Article by: Samuele Zucchet

Translation by: Zoé Kerichard-Giorgi

Papi Chulo. No, it is not only the electro/dance song by Lorna, the rapper form Panama, which became viral at the beginning of the 2000s and was played in dance clubs all over the world – even if perhaps this title is what unconsciously attracted me to this movie. If Papi Chulo was for me only a song I used to hear in clubs, now these two words have become representative of a movie. And what a movie.

Let’s start from the beginning. Sean (Matt Bomer) is a young successful meteorologist: many recognize him on the streets of Los Angeles because of a recent nervous breakdown on national television. Soon, we discover that the cause is the love story with his ex-boyfriend. Sean are given forced holidays to get his life back on track, but soon his loneliness will push him towards the research of new relationships, and here comes into the picture Ernesto (Alejandro Patino), a middle-aged Mexican man who every day waits for work opportunities at the roadside. When Sean sees Ernesto, he decides to hire him to paint his terrace, but soon the man’s role will be that of a paid friend, to which Sean can confess his insecurities. “Has someone ever told you you are a good listener?” Sean asks him.

The problem, which also represents the strong point of this comedy, is the impossible communication between the Mexican guy and the Gringo, who must give up words in order to communicate. That’s the essence of this film: a buddy movie, the story of two men who manage to create a real friendship despite the linguistic, cultural and social barriers. The filmmaker John Butler takes full advantage of this possibility without emphasis or excesses. With his moderate style, Alejandro Patino proves to be a real purebred horse, succeeding, thanks to the expression of his face and eyes, in communicating not only with Matt Bomer, but especially with the audience, in which he causes a genuine reaction.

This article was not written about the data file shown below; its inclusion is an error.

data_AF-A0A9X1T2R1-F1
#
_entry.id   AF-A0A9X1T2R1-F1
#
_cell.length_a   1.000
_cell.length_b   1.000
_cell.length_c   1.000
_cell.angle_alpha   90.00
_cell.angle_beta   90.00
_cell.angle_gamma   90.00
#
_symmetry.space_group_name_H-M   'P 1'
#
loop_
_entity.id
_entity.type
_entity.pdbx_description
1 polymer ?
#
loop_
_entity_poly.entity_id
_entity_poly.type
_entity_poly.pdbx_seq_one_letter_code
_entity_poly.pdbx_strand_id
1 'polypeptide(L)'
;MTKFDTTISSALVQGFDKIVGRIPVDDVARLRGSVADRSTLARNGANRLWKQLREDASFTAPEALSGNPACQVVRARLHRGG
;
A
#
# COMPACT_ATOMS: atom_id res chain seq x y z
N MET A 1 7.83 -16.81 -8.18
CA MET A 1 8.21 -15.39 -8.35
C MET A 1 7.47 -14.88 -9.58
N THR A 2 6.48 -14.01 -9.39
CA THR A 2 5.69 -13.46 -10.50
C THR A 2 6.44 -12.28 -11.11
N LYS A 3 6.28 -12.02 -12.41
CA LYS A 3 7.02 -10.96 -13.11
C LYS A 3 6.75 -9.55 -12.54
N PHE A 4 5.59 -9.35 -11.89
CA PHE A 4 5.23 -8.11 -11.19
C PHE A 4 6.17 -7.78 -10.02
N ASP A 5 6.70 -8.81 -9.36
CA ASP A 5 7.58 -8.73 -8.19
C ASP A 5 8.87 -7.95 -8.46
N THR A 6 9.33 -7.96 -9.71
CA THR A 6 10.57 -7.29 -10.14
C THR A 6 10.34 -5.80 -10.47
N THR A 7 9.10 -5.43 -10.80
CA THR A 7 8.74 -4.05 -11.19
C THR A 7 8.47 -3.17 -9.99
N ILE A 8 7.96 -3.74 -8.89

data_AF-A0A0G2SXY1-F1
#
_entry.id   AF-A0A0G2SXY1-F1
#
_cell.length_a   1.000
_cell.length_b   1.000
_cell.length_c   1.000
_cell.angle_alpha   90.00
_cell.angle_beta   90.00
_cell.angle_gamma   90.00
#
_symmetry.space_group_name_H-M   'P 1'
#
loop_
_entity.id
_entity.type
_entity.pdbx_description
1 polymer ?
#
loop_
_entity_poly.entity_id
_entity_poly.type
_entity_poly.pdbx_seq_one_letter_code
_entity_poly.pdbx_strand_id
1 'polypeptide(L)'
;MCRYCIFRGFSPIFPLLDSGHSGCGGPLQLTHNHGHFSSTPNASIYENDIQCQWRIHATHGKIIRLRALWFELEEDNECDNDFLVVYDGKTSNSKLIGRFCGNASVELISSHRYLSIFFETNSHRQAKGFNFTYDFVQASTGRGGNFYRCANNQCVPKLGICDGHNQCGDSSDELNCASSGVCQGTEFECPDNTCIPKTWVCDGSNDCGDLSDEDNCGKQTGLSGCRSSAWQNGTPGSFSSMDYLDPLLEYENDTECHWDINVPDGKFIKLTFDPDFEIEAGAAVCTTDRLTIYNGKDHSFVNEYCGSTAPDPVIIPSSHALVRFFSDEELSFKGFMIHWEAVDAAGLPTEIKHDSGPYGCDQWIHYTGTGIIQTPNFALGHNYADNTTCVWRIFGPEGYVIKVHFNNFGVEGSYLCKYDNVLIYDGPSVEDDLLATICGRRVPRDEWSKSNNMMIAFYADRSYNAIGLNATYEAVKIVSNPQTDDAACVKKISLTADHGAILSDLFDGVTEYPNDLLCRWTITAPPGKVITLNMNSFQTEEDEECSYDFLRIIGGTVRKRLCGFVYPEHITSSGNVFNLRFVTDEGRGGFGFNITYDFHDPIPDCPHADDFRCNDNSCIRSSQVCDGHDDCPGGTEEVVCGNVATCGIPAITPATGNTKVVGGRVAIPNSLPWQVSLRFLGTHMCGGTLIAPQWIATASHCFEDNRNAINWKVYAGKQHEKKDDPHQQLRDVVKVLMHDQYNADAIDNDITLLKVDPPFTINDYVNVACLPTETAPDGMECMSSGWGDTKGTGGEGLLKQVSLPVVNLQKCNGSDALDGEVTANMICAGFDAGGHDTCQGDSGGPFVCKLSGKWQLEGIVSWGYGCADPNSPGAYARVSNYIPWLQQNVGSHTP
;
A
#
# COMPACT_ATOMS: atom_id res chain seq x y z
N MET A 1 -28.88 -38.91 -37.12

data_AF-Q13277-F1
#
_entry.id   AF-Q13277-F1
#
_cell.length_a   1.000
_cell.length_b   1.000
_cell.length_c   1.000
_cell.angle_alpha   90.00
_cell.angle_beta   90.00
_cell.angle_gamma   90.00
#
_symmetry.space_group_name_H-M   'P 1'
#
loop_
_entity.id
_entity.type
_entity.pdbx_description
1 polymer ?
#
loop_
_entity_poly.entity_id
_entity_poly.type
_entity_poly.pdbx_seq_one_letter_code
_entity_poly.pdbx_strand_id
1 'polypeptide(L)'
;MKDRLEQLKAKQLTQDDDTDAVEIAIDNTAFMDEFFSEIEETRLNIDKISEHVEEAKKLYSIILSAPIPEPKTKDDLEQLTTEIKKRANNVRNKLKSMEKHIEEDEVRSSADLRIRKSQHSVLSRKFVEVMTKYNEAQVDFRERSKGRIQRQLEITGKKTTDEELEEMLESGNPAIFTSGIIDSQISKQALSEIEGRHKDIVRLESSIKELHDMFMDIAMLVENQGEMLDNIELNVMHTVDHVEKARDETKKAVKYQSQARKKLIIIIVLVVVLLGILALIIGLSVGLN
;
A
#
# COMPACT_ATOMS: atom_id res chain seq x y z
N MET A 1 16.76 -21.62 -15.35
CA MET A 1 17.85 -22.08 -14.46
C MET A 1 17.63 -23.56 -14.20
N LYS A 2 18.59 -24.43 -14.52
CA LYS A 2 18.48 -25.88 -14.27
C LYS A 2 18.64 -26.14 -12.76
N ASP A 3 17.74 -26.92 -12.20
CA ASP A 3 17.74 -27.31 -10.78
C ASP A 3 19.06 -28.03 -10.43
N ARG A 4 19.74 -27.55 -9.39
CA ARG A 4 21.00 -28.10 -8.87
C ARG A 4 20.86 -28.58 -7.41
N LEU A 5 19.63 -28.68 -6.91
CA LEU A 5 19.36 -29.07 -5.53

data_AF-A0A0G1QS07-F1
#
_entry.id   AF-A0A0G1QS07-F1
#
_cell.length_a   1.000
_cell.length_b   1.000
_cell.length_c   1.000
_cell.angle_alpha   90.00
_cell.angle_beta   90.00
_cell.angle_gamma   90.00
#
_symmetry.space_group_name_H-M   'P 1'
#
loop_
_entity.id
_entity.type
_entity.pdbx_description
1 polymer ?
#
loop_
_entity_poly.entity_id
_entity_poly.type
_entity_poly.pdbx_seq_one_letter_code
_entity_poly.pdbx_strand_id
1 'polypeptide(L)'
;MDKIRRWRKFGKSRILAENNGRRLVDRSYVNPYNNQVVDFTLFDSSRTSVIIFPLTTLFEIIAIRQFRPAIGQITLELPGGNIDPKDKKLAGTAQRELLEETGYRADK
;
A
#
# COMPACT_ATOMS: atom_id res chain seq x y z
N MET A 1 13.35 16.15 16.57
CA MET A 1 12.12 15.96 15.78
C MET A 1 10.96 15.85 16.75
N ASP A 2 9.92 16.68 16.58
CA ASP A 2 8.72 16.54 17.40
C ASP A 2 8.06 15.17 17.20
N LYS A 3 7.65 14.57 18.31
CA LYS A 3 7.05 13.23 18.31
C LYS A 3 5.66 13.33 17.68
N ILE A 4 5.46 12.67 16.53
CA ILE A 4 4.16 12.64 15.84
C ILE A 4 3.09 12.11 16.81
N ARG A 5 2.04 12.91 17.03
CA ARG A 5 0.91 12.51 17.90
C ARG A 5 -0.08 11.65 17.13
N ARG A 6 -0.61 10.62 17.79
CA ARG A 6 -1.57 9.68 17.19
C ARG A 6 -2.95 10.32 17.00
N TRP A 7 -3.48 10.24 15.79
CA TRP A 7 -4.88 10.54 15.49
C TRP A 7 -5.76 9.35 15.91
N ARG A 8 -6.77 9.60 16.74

One of the most beautiful things of the evening was indeed being able to observe something I hadn’t seen in a while: truly amused, passionate and attentive viewers. Right on this last aspect I want to conclude my analysis: at the end of the film, I had the chance to exchange opinions with other viewers. I was particularly struck by an observation according to which, the filmmaker had provided a stereotypical representation of homosexuality, and of characters such as the rich meteorologist and the poor Mexican man. But, in my opinion, there was a deeper meaning and it could be summarized by a question which I now leave open: who saves who? The one who helps the troubled poor man, or the poor man who helps the rich one to fill the emptiness in his life? I do have my personal answer.

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